Woman applying insect repellent against mosquito and tick on her leg during hike in nature. Skin protection against insect bite
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Natural Mosquito Repellents that Actually Work, According to Experts

Chemicals can irritate skin, smelly bad, and feel sticky. These natural repellents are just as effective.

Nothing ruins being outdoors more than getting eaten alive by bloodsucking mosquitoes, ticks, fleas, and other bugs. Aside from itchy and painful bites, illnesses from these infected insects have nearly tripled in 13 years from 2004 to 2016, the Centers for Disease Control and Prevention (CDC) reported.

So, if you haven't stocked up on bug repellents this year, now is definitely the time to do so!

While many bug sprays are available to protect you from getting bitten, most have an unpleasant scent and can leave you feeling sticky and uncomfortable during your outdoor adventures. Additionally, many include the active ingredient DEET. While the chemical is effective at repelling mosquitoes and the EPA states it doesn't pose a serious toxicity risk, DEET can cause bad skin irritation, especially if you use it for extended periods, Jeb Owen, PhD, associate professor in the Department of Entomology at Washington State University, told Wide Open Spaces.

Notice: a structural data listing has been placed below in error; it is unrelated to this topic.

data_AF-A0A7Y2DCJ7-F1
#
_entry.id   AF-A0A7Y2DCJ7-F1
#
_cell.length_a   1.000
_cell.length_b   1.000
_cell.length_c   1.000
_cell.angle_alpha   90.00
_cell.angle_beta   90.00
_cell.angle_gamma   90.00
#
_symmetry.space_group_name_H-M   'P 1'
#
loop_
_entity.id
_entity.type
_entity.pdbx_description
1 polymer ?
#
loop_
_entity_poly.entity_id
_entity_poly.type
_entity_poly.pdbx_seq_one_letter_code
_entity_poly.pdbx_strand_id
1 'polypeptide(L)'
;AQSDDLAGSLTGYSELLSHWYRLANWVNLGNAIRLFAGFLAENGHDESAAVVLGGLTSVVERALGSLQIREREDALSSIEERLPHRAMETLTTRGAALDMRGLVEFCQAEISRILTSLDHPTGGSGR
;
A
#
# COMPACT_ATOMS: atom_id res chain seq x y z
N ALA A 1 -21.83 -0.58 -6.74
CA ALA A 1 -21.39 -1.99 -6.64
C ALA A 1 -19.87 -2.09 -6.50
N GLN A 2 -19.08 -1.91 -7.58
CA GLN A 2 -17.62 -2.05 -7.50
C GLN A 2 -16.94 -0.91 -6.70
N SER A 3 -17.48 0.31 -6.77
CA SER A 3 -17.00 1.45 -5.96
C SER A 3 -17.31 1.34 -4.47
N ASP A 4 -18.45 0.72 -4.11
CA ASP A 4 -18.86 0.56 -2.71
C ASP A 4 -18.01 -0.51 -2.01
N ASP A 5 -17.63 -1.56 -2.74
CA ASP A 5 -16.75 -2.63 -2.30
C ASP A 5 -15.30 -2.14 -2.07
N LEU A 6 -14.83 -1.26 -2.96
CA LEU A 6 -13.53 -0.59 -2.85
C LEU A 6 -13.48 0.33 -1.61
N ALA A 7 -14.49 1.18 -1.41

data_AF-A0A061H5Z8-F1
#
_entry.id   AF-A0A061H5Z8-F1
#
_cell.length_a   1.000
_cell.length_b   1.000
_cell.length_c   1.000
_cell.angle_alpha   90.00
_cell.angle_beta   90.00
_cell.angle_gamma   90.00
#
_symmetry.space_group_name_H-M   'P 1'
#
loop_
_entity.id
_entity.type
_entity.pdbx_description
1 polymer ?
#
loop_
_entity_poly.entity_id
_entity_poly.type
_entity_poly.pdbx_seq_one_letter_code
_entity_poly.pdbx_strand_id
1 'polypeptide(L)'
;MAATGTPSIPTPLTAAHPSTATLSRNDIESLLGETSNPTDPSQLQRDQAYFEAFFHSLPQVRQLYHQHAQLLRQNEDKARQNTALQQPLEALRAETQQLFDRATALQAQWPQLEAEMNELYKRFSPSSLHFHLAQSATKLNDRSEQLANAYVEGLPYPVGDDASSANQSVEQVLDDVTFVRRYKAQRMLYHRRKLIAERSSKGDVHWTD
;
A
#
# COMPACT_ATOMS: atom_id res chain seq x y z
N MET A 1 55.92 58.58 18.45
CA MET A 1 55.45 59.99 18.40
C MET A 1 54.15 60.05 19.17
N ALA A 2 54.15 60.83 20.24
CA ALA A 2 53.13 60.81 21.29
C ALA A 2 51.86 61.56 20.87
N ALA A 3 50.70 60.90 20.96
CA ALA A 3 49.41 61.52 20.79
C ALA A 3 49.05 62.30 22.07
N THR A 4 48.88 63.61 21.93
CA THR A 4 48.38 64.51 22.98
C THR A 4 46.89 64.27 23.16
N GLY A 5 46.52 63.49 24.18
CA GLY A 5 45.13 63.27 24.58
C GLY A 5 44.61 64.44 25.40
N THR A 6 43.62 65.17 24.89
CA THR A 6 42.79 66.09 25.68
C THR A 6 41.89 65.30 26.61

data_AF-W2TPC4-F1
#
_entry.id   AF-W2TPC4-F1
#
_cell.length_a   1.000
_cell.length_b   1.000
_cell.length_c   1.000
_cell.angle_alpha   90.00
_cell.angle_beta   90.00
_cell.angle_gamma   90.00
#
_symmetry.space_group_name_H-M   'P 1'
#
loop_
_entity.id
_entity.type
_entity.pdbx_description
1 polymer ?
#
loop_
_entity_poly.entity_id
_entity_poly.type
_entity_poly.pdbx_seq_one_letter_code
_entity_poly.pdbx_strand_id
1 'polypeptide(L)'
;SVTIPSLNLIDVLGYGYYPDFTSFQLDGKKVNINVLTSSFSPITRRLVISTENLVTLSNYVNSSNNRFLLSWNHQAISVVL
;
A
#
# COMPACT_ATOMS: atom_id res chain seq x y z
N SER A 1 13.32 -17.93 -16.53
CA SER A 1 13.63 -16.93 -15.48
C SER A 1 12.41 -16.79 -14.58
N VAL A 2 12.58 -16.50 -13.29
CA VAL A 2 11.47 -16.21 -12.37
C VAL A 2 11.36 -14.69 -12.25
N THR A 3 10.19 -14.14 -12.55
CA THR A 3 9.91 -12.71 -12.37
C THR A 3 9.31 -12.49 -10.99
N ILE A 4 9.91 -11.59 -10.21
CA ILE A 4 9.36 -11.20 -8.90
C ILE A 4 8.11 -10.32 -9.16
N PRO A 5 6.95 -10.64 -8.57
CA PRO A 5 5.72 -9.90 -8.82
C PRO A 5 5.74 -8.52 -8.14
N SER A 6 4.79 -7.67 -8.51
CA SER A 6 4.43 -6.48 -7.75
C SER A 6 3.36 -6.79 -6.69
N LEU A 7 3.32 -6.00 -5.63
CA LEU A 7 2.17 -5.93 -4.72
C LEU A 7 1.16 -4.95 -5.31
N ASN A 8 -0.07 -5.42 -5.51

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Instead, the best home remedies and natural mosquito repellents will be both effective at keeping biting bugs away and gentle on your skin for all-day use when heading out camping, hiking, fishing, hunting, or just hanging out in the backyard.

Protect yourself and your family from insect-borne diseases such as Zika virus, West Nile virus, dengue virus, and Lyme disease—not to mention the annoyance of being covered in bites, head to toe—with these natural mosquito repellents.

READ MORE: The Top 10 States With the Worst Mosquitoes in the U.S.

What DIY Remedies Naturally Keep Mosquitoes Away?

Many mosquitoes fly over green grass field

Getty Images, Kwangmoozaa

Certain foods, seasonings, and oils not only have uses in the kitchen but also can be used as DIY remedies for natural pest protection.

1. Essential Oils
When it comes to fighting off creepy crawlers and fliers such as mosquitoes, gnats, and ticks, well-known essential oils including lemon eucalyptus, cinnamon, thyme, soybean, Greek catmint, and tea tree can be effective in keeping them away, Sally Paulson, PhD, associate professor of veterinary and medical entomology at Virginia Tech, told Wide Open Spaces.

In fact, one study from 2014 showed that a mixture containing 32% lemon eucalyptus oil provided more than 95% protection against mosquitoes for nearly three hours.

READ MORE: How To Kill Ticks, According to Experts

2. Fresh Herbs
"Lemongrass, peppermint, rosemary, basil, and lavender all naturally repel mosquitoes. Planting these near your deck or around your yard can reduce a mosquito population," Anthony Szema, MD, a clinical professor of medicine, occupational medicine, epidemiology and prevention at Donald and Barbara Zucker School of Medicine at Hofstra/Northwell, told Wide Open Spaces. Mosquitoes also hate the smell of cedarwood, citronella (often found in outdoor candles), and clove, he adds.